The latest expert opinions, articles, and guides for the Java professional.
Odds are that your mom (and/or your dad) has started using Facebook, streaming TV shows on Netflix and ordering all manner of things with Amazon Prime with 2-day free shipping. And Google, well that’s a household name.
These sites are all fantastic, high-performance websites with a broad range of functionality. Their engineering and product teams regularly develop new products, features and services and roll them out at massive scale with apparent ease. The result is that your mom has facebook-amazon-netflix-google (recently dubbed “FANGs” by CNBC’s Jim Cramer) expectations from every web site or application that they use, from their banks to their health insurance providers, with potentially dire consequences for e-commerce sites everywhere. So where are your FANGs?
It’s big news for the ZeroTurnaround team today–our first acquisition! We are very happy to announce that ZeroTurnaround has acquired Javeleon and it’s intellectual property. The best part is that the two founders of Javeleon, Allan Gregersen and Michael Rasmussen, have even relocated to Estonia to join forces with the teams that bring you JRebel and LiveRebel, continuing to drive the best productivity tools in the market.
Many start-up businesses feel the gravitational pull of these big enterprise deals at their most formative moments, and I’m going to tell you to run the opposite direction … if you dare. What it all boils down to is customer acquisition cost, or CAC, for short. And, in this case, you don’t want a big CAC…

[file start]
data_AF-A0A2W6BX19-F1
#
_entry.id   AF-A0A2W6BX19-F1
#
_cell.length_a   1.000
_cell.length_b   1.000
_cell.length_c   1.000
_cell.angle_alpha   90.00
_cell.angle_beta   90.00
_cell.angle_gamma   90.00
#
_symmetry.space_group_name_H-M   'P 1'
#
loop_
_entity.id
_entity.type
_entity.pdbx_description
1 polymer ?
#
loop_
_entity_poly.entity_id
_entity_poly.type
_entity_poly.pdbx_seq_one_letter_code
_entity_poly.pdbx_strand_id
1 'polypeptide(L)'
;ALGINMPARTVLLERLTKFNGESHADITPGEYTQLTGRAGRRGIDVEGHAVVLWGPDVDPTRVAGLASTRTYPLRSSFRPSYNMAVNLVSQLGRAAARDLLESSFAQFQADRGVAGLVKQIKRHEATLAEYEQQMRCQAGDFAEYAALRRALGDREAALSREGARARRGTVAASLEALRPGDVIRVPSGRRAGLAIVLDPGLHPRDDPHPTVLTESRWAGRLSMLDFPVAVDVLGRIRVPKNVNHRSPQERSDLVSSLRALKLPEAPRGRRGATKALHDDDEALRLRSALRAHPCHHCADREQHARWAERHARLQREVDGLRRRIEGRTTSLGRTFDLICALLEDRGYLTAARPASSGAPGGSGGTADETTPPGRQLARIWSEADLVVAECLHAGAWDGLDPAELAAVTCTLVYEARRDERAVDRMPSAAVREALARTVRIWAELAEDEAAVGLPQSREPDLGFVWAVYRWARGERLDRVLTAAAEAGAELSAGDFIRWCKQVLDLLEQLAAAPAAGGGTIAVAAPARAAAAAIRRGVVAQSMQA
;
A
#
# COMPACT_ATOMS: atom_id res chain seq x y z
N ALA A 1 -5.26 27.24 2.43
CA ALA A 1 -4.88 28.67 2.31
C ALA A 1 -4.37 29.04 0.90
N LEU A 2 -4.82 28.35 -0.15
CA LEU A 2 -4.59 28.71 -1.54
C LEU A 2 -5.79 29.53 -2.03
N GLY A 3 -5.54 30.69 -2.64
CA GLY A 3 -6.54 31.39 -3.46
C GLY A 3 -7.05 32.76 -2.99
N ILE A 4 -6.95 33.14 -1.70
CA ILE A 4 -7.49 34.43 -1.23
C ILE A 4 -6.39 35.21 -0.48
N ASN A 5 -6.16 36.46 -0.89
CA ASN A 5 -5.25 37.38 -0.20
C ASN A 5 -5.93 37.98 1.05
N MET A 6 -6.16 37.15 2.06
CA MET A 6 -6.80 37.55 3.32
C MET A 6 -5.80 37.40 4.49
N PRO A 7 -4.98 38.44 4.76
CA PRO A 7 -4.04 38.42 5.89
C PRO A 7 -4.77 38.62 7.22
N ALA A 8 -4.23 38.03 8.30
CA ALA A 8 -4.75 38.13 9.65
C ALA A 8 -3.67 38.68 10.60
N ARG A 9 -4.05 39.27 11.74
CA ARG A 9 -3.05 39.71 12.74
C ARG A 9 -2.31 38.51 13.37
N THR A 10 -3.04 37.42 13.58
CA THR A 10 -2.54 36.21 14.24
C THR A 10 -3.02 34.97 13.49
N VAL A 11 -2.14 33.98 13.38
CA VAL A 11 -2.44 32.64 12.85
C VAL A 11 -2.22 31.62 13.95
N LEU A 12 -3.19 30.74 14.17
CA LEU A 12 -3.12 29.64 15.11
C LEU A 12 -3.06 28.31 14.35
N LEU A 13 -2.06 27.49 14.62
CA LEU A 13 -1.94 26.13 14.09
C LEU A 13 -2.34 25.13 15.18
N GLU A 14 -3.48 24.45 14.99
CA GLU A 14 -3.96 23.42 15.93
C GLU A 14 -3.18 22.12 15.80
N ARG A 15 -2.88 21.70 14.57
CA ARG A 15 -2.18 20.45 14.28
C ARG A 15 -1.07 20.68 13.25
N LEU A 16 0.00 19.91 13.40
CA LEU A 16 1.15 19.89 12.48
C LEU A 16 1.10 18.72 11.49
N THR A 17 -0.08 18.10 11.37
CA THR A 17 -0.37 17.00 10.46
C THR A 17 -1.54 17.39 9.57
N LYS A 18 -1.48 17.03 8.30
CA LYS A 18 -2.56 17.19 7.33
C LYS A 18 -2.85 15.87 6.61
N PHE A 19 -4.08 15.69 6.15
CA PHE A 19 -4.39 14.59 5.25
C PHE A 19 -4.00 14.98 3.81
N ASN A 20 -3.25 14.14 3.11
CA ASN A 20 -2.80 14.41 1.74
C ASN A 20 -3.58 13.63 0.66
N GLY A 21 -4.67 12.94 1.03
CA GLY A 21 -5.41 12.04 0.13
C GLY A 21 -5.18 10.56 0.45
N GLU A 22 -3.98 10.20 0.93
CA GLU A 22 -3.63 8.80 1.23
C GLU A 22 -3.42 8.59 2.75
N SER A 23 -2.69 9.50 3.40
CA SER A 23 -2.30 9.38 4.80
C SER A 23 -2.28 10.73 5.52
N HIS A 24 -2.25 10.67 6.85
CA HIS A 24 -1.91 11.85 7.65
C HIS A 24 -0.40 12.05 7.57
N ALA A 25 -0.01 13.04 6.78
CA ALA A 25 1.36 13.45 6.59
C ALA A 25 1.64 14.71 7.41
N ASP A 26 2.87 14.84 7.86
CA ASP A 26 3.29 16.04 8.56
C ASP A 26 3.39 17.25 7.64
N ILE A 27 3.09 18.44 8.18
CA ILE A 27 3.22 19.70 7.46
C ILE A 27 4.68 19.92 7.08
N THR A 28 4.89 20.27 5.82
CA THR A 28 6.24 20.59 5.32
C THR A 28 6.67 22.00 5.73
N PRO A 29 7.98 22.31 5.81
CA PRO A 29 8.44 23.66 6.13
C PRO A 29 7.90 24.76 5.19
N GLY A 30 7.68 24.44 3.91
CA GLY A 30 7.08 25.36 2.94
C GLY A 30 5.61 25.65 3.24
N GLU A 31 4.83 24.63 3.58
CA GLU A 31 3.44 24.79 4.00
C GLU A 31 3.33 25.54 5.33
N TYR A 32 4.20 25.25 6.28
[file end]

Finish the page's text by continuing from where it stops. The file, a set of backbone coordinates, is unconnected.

Friendly note: If you are not hitting the New Year with the hope/goal/resolution to get back to the gym, then don’t read this… If you view the idea of fitness with scorn, then you will hate it. On the other hand, if you’re curious and like to hear about fitness programs that work for other people, then read on. This works for me, and my hope is that maybe an idea or two might be good for you too.
Back in the early 1990’s, I was attending a “10-250” start-up presentation (named after the number of the lecture hall under the MIT dome), and the speaker made the point that a large percentage of entrepreneurs end up divorced. I have no idea what the rest of the presentation was about, but I came away with the idea that starting a company was hazardous to my marriage.
I’m a bit of a workout enthusiast, and, at the suggestion of one of our salespeople here at ZeroTurnaround, I am trying out this new “upscale” gym in Boston. This morning, I was leaving the gym and feeling healthy, and there was a guy at the exit handing out free plums. He told me that they were locally-grown plums from Lancaster, MA, then told me that he was opening up a new store for this kind of local, fresh produce “just around the corner.”
As an entrepreneur and business enthusiast, I thought, “Hmmm… this guy’s got a pretty good idea of his product-market match.” Why?
1. He’s got fresh, local produce
2. He’s setting up a small store where he sells the produce at premium prices
3. He’s close to health-conscious people who are willing to pay higher prices for things like gyms and better food.